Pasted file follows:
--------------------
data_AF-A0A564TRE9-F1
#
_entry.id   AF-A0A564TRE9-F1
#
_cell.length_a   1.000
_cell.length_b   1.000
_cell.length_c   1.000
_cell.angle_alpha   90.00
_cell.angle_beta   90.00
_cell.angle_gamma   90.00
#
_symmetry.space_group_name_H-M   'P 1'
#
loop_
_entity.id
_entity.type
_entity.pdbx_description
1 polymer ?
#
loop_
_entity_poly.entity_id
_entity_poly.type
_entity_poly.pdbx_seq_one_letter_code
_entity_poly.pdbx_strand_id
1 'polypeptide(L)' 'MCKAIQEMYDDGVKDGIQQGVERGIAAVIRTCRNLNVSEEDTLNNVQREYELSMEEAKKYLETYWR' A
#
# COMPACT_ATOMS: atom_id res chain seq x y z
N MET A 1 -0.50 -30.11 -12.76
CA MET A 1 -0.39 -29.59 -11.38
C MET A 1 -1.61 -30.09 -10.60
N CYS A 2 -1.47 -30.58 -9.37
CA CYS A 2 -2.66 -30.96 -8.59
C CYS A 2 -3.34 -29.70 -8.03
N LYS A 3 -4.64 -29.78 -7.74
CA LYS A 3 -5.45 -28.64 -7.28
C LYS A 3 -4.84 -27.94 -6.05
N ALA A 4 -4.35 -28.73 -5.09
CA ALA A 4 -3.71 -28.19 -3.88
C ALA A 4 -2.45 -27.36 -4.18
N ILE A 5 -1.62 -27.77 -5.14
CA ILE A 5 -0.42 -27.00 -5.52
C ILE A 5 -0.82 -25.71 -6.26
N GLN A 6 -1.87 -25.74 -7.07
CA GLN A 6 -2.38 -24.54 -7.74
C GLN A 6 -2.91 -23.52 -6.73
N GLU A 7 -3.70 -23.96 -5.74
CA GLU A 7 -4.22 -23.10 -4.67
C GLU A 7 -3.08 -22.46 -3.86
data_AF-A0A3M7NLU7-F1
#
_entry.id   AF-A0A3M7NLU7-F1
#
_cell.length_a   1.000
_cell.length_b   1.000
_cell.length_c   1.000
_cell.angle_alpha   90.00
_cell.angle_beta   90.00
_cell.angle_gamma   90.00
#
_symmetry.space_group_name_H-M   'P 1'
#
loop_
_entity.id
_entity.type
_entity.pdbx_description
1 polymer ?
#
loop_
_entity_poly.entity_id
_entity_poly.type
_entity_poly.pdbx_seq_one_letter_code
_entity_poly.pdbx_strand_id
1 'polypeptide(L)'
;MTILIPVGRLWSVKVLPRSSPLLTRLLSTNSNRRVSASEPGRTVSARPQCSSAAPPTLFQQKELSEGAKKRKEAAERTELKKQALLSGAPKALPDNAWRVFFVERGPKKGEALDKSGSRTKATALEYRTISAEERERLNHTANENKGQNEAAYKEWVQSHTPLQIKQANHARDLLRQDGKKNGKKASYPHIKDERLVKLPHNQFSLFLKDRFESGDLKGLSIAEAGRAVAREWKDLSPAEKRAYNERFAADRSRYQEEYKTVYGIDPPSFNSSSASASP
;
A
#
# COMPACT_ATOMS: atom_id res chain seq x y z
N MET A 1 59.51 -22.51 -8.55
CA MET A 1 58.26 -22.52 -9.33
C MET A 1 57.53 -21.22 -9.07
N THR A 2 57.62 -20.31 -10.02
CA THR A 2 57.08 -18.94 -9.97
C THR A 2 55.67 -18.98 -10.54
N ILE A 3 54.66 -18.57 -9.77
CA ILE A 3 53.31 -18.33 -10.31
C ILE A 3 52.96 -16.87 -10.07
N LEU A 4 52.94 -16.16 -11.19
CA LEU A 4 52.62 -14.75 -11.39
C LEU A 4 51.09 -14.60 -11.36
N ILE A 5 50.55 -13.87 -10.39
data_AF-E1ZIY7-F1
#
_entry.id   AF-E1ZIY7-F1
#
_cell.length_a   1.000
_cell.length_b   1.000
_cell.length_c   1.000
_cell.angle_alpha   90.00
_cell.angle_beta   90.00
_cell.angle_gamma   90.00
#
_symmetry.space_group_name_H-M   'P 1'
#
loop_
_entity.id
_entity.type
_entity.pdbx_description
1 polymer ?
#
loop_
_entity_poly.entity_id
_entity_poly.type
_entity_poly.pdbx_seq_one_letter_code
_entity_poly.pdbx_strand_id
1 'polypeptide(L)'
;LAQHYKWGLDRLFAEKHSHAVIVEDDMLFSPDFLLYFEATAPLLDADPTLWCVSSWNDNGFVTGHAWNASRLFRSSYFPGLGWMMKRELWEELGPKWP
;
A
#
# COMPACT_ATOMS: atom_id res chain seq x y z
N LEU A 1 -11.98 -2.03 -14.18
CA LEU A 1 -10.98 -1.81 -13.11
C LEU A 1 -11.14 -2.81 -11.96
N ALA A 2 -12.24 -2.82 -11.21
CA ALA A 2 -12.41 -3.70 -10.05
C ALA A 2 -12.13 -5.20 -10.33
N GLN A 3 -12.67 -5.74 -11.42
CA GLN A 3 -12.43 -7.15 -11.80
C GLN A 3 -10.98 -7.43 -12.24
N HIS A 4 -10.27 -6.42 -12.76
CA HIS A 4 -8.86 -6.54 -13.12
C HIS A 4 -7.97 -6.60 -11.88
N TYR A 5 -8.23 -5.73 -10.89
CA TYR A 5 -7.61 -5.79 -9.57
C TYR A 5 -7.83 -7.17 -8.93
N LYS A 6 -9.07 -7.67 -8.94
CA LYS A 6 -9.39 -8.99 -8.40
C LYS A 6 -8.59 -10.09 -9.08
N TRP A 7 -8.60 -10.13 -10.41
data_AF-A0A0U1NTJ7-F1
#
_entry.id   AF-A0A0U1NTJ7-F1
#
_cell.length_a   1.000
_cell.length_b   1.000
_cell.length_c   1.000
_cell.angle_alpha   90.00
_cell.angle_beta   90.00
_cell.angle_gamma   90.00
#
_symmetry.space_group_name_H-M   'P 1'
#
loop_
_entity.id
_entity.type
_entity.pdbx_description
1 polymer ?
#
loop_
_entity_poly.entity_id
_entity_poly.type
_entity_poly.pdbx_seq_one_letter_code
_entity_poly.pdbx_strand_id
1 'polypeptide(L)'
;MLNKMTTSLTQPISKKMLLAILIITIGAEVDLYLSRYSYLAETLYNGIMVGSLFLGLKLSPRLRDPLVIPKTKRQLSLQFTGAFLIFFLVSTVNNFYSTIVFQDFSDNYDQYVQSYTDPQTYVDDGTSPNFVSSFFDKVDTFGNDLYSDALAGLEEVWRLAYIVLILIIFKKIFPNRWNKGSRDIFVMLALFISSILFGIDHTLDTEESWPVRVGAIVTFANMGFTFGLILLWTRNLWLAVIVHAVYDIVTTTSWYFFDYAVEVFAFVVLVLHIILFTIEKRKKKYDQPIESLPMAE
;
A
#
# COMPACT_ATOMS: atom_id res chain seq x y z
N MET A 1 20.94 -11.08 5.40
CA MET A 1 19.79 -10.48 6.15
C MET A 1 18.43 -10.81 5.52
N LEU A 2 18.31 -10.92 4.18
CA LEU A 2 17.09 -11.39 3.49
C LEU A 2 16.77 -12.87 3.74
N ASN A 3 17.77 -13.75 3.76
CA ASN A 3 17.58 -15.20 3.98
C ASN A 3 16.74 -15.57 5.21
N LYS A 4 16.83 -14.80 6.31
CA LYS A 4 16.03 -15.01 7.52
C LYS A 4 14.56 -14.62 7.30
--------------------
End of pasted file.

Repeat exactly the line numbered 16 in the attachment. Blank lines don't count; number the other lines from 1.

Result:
_entity.type